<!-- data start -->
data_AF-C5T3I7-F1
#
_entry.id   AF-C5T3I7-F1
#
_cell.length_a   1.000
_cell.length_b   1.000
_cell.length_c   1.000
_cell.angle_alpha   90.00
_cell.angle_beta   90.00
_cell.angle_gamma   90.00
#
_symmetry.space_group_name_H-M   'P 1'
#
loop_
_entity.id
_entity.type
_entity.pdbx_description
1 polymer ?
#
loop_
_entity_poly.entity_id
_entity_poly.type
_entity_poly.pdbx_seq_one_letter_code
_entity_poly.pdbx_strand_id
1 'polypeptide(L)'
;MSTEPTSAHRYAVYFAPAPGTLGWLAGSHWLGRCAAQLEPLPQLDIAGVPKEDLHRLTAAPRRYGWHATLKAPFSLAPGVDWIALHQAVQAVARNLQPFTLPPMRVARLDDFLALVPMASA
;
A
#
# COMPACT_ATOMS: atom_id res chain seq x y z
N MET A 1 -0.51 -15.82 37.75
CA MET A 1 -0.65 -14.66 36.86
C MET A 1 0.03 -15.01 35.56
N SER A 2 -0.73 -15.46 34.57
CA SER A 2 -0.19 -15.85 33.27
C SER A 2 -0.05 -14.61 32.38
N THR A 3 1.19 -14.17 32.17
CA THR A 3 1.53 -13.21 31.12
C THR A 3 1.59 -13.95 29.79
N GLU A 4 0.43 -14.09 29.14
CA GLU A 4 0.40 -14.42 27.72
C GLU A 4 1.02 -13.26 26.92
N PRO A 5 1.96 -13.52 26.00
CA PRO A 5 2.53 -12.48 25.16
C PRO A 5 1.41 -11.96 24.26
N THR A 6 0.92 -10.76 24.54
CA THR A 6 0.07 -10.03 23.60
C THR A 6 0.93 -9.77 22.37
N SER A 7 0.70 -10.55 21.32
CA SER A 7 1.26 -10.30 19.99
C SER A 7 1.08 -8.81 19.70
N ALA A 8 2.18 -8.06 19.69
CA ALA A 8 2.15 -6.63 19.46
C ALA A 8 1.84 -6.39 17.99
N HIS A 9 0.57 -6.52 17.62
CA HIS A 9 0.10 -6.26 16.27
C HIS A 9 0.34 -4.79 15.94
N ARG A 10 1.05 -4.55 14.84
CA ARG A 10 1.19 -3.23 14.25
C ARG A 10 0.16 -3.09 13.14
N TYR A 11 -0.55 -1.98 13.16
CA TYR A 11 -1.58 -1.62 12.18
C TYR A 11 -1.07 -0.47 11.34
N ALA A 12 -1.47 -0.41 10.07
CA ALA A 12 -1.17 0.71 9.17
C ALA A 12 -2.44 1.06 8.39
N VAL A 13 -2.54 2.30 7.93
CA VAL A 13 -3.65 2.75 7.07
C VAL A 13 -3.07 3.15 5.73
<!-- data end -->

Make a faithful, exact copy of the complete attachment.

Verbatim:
data_AF-C5T3I7-F1
#
_entry.id   AF-C5T3I7-F1
#
_cell.length_a   1.000
_cell.length_b   1.000
_cell.length_c   1.000
_cell.angle_alpha   90.00
_cell.angle_beta   90.00
_cell.angle_gamma   90.00
#
_symmetry.space_group_name_H-M   'P 1'
#
loop_
_entity.id
_entity.type
_entity.pdbx_description
1 polymer ?
#
loop_
_entity_poly.entity_id
_entity_poly.type
_entity_poly.pdbx_seq_one_letter_code
_entity_poly.pdbx_strand_id
1 'polypeptide(L)'
;MSTEPTSAHRYAVYFAPAPGTLGWLAGSHWLGRCAAQLEPLPQLDIAGVPKEDLHRLTAAPRRYGWHATLKAPFSLAPGVDWIALHQAVQAVARNLQPFTLPPMRVARLDDFLALVPMASA
;
A
#
# COMPACT_ATOMS: atom_id res chain seq x y z
N MET A 1 -0.51 -15.82 37.75
CA MET A 1 -0.65 -14.66 36.86
C MET A 1 0.03 -15.01 35.56
N SER A 2 -0.73 -15.46 34.57
CA SER A 2 -0.19 -15.85 33.27
C SER A 2 -0.05 -14.61 32.38
N THR A 3 1.19 -14.17 32.17
CA THR A 3 1.53 -13.21 31.12
C THR A 3 1.59 -13.95 29.79
N GLU A 4 0.43 -14.09 29.14
CA GLU A 4 0.40 -14.42 27.72
C GLU A 4 1.02 -13.26 26.92
N PRO A 5 1.96 -13.52 26.00
CA PRO A 5 2.53 -12.48 25.16
C PRO A 5 1.41 -11.96 24.26
N THR A 6 0.92 -10.76 24.54
CA THR A 6 0.07 -10.03 23.60
C THR A 6 0.93 -9.77 22.37
N SER A 7 0.70 -10.55 21.32
CA SER A 7 1.26 -10.30 19.99
C SER A 7 1.08 -8.81 19.70
N ALA A 8 2.18 -8.06 19.69
CA ALA A 8 2.15 -6.63 19.46
C ALA A 8 1.84 -6.39 17.99
N HIS A 9 0.57 -6.52 17.62
CA HIS A 9 0.10 -6.26 16.27
C HIS A 9 0.34 -4.79 15.94
N ARG A 10 1.05 -4.55 14.84
CA ARG A 10 1.19 -3.23 14.25
C ARG A 10 0.16 -3.09 13.14
N TYR A 11 -0.55 -1.98 13.16
CA TYR A 11 -1.58 -1.62 12.18
C TYR A 11 -1.07 -0.47 11.34
N ALA A 12 -1.47 -0.41 10.07
CA ALA A 12 -1.17 0.71 9.17
C ALA A 12 -2.44 1.06 8.39
N VAL A 13 -2.54 2.30 7.93
CA VAL A 13 -3.65 2.75 7.07
C VAL A 13 -3.07 3.15 5.73